Her father took the file and opened it. Viola watched his eyes flicker as he scanned the page. When he looked up, his expression was one she had never seen before—sorrowful and dazed.
“I…” He exchanged a glance with her mother. “We know very little about such rehabilitation. What is the recommended protocol? What factors should we consider when making this decision?”
At that moment, Dr. Charcot’s phone rang. She excused herself and answered. Her gaze returned to them briefly before she focused on her computer. Viola realized that her parents, their heads close together as they silently comforted one another, hadn’t seemed to notice. Was this call about Sebastian? Had something changed in his status? Wanting to stand up and demand an immediate explanation, Viola gripped the arms of the chair and clamped her teeth together.
Dr. Charcot lowered the phone and moistened her lips. Viola thought the pressure of her fingers might splinter the plastic rods of the chair. Each second that passed was an excruciating eternity.
“I have good news,” Dr. Charcot said into the silence. “Sebastian has regained consciousness.”
A train in eastern France
Relief washed over Duke as the train lurched into motion, and she rolled her shoulders in a futile effort to loosen the tension lodged between her shoulder blades. If she had to be on the receiving end of one more ineffectively disguised pitying glance from her friends and former teammates, she thought she might scream. Soccer had been her life, all her life, but it wasn’t anymore. Though she had learned that lesson already, this past week had only served to reinforce it.
The pity was hard to stomach, but the fear was even harder. Her friends were probably just as relieved by her absence as Duke was. She represented their worst nightmare: being struck down by injury in the prime of their career. Her presence reminded them that their status, goals, and financial security were as fragile as a tendon or ligament, as easily crushed as cartilage.
Duke closed her gritty eyes and rested her head against the cool glass of the window. She felt sluggish in body and mind, the product of both overindulgence and insomnia. She’d had just enough to drink last night to make her tipsy, but not enough to drown the hamster wheel of her brain.
Not so long ago, she had found it easy to relax her guard in the presence of her teammates. They had been her rock—she could trust them to watch her back, and to keep her secrets if she chose to engage in a tryst. Now, she was on the fringes of the close-knit community that had once been her family. Last night’s party had included too many people she didn’t know well enough to trust.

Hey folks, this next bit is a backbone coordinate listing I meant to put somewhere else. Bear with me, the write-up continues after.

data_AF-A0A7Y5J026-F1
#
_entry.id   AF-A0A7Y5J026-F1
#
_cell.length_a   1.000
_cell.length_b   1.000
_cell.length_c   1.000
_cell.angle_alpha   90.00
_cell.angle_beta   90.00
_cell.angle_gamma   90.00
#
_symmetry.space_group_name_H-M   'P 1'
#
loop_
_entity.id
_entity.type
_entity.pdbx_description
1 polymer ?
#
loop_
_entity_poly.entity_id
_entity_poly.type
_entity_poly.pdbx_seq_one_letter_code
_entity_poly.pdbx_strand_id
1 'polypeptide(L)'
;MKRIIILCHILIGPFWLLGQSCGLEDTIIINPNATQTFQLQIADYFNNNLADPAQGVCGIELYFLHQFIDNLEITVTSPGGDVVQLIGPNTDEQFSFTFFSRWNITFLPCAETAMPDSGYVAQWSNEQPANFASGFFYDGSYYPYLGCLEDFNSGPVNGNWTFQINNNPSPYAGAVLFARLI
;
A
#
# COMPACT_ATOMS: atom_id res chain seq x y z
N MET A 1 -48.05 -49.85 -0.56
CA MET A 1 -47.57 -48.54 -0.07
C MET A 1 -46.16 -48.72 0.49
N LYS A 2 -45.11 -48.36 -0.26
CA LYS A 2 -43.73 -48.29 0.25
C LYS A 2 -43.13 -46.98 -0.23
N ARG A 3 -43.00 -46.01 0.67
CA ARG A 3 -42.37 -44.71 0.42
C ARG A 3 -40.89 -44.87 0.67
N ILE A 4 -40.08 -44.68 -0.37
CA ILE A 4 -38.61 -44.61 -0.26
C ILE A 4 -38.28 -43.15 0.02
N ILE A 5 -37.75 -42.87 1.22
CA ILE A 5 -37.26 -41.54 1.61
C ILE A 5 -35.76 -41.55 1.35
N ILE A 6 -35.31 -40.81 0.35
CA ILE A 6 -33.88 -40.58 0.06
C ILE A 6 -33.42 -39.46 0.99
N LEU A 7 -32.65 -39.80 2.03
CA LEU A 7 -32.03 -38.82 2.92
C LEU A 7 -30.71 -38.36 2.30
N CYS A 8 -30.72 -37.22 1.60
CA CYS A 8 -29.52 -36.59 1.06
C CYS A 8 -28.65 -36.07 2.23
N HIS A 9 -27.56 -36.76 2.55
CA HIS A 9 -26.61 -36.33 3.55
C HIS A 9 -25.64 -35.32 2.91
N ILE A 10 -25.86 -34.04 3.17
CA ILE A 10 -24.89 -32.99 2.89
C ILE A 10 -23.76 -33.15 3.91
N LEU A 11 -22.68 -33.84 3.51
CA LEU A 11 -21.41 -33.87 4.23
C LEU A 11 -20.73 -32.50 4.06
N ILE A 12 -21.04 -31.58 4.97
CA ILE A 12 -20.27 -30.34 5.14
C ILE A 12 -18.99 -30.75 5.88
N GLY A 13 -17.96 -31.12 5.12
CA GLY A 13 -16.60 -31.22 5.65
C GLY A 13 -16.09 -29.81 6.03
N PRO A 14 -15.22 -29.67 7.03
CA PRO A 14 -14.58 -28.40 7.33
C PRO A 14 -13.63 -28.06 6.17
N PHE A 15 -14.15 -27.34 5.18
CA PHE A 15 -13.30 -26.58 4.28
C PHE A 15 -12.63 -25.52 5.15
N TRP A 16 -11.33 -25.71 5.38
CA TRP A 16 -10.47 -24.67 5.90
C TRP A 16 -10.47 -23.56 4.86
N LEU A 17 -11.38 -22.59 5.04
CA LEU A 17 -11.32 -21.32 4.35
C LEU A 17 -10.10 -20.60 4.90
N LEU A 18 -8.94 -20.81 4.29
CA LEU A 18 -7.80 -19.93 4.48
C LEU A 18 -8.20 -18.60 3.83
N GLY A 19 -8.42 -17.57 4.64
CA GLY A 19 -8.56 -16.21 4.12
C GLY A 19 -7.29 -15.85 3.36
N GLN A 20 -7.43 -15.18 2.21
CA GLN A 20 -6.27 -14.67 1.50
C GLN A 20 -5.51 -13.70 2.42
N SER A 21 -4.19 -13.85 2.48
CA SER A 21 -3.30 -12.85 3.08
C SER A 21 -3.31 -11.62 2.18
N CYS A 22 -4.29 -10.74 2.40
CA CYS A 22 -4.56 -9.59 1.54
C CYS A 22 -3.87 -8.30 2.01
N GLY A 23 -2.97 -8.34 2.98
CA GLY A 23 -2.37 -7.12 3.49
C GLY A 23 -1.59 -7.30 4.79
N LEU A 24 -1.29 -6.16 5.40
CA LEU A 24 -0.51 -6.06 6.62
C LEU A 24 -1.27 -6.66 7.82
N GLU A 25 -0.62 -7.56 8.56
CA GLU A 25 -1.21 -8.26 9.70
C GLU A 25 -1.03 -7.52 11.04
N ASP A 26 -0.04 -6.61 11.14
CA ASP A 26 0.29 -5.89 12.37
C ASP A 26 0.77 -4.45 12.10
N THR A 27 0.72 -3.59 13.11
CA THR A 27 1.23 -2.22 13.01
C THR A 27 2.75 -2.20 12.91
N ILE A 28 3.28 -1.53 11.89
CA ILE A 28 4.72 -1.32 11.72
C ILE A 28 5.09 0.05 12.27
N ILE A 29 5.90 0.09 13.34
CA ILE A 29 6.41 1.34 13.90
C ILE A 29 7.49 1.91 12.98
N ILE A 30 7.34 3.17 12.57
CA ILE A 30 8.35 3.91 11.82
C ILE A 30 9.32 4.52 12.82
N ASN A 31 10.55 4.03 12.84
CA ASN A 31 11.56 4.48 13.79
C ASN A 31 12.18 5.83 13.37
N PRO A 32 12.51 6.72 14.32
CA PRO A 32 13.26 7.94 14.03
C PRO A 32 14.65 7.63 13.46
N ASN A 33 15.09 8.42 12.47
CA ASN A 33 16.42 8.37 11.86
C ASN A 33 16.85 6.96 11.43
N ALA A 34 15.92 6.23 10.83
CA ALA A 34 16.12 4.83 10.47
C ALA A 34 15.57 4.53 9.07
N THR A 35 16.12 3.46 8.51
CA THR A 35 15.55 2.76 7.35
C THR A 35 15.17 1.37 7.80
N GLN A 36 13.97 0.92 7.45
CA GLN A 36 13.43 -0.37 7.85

If Duke hadn’t been so bone-weary from fighting off her own despair, she might still have risked a one-night stand with Isabelle, the Brazilian national team’s starting goalkeeper who played second to Leslie on her club team. Isabelle’s attempts at flirtation had been as terrible as her body was beautiful, but her assertiveness was exactly what Duke craved in a lover. In the old days, she would never have hesitated to accept such an offer. She had a powerful libido and no compunctions about seeking out liaisons whenever she was single. But when she was in a relationship, the strength of her drive often became an inconvenience. At times, she had even wished it away entirely.
Now that her wish had been granted, she wanted to take it back again. Without the spark of desire, she felt cold and empty. Better to burn too hot than to wonder if she would ever burn again.
A flood of light momentarily blinded her as the train emerged from the tunnels beneath the station. As soon as her eyes adjusted, she watched the urban landscape transition quickly into the rural. Low hills rose in the distance, and atop one hulked the ruined fortification of a castle. Delight temporarily chased away her melancholy. That castle was most likely older than her own country. She hadn’t yet become so inured to Europe’s charms that she took such a sight for granted.
After a few indulgent minutes, she reluctantly turned from the window and opened her laptop. This research wasn’t going to do itself, and her blind spot when it came to royal gossip had been amply demonstrated by her friends. She opened a browser, gave herself a mental pep talk…and still felt her gaze pulled by the window.